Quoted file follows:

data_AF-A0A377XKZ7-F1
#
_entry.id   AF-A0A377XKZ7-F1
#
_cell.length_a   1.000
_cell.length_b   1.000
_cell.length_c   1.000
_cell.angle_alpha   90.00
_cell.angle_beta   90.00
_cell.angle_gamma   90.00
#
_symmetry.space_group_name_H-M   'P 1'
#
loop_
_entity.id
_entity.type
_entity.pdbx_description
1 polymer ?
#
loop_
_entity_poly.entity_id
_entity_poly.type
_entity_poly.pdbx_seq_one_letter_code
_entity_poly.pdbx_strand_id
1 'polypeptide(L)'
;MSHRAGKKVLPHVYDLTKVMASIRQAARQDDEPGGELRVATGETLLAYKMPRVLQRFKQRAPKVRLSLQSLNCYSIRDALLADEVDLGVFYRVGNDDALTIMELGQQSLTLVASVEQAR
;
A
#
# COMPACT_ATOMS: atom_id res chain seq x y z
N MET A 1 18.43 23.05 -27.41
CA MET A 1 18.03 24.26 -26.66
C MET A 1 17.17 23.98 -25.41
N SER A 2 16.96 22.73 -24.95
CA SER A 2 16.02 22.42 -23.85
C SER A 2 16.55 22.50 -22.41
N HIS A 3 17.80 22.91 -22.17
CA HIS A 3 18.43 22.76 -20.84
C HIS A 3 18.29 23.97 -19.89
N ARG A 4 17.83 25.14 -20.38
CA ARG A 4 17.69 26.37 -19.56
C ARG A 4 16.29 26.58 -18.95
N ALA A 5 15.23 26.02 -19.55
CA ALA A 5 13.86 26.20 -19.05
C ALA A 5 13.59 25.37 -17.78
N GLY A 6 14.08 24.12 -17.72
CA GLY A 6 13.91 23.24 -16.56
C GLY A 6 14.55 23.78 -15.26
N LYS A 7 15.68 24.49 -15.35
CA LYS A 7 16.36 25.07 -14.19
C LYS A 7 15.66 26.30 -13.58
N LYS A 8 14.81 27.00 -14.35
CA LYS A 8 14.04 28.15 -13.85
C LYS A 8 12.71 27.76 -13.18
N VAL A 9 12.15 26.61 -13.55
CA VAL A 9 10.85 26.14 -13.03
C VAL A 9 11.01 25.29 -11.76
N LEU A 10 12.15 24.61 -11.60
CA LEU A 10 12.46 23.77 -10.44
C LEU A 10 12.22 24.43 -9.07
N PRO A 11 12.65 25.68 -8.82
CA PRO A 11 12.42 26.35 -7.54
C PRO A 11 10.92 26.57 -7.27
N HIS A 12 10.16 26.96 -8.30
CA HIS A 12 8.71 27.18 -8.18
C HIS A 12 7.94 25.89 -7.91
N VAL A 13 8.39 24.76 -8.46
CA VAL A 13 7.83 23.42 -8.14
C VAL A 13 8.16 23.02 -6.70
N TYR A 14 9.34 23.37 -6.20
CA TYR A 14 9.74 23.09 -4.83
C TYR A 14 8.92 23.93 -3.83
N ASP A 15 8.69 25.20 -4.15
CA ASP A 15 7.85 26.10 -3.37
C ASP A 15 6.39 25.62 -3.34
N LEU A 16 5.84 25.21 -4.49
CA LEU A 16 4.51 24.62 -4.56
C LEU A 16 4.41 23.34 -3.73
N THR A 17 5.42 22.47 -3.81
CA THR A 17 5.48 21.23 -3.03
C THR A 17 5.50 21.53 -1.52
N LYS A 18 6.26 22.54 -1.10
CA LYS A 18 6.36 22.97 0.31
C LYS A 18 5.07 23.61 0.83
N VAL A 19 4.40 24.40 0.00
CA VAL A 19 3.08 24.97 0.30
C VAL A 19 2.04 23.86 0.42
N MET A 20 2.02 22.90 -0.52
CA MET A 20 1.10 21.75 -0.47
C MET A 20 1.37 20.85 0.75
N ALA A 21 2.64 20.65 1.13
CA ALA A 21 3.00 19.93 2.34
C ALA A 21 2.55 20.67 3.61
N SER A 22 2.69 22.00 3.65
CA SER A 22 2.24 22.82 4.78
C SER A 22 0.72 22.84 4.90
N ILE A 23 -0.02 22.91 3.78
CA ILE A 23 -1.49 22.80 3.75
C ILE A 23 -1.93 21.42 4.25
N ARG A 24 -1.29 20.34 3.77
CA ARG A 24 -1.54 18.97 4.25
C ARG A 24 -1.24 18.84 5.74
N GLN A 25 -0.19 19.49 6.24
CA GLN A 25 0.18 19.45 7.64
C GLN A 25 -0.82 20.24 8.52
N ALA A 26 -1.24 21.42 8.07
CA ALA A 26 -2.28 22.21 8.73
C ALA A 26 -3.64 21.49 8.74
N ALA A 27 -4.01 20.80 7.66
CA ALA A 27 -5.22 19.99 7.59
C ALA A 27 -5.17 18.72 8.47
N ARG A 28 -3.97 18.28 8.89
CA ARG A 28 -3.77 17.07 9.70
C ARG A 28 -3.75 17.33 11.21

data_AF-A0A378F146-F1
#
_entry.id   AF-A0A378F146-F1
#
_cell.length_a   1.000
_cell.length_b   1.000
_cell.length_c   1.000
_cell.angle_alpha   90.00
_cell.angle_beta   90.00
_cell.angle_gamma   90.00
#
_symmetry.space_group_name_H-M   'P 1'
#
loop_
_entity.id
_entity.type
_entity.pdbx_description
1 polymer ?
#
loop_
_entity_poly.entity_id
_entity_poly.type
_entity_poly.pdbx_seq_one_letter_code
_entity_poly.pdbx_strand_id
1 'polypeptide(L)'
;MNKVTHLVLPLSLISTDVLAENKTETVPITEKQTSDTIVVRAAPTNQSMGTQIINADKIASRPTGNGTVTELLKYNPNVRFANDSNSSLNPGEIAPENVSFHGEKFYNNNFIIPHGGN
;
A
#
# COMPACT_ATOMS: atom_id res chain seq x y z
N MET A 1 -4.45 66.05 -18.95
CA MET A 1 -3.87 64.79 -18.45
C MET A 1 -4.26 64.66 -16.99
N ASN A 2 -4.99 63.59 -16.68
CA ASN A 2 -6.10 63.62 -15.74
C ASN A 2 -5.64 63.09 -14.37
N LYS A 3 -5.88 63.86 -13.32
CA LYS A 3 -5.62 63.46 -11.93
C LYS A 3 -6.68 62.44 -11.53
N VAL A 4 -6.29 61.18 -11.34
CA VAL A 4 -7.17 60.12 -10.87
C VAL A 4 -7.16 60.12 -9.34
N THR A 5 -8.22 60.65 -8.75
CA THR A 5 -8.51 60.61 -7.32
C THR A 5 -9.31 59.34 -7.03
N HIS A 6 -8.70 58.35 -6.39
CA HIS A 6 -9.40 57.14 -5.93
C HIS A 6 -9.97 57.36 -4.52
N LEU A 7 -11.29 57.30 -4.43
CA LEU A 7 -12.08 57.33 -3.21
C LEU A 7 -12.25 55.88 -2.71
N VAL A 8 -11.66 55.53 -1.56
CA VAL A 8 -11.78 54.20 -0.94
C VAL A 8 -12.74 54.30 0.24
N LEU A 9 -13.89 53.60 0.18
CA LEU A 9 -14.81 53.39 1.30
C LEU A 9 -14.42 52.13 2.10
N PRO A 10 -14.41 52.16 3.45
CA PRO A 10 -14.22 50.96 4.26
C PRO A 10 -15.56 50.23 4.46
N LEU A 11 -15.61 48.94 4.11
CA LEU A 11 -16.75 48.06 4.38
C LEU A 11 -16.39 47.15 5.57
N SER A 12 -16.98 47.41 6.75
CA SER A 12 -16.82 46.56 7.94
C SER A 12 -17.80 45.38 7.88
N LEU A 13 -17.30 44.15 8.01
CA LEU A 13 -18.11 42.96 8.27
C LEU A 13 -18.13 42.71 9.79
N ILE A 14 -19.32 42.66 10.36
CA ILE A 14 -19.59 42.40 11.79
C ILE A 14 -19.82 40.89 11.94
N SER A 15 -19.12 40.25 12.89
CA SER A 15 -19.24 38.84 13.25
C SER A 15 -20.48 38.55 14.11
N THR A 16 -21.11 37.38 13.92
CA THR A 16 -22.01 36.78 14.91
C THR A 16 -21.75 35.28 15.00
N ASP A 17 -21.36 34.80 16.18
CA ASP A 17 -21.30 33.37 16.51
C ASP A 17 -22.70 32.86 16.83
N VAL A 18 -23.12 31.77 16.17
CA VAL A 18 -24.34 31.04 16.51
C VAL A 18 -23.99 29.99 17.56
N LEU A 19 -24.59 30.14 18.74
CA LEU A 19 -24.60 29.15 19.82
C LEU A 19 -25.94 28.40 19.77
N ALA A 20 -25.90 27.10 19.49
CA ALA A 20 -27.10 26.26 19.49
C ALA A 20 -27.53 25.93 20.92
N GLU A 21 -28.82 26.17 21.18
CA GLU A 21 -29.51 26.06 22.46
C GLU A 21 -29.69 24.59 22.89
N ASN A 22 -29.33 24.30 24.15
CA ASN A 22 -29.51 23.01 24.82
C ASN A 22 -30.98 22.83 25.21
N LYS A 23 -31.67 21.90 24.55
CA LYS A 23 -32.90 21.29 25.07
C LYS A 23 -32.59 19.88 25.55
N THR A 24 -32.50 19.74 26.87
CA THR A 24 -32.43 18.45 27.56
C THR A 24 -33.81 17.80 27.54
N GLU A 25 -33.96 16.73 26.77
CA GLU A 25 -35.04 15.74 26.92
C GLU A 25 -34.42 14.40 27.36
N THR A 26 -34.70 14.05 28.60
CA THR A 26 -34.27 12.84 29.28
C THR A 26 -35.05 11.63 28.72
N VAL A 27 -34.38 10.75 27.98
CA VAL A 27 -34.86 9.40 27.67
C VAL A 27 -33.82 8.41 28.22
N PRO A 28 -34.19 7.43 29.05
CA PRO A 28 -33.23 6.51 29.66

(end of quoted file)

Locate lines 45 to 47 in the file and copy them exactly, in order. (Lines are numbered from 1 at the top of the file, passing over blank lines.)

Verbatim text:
C ALA A 5 13.59 25.37 -17.78
N GLY A 6 14.08 24.12 -17.72
CA GLY A 6 13.91 23.24 -16.56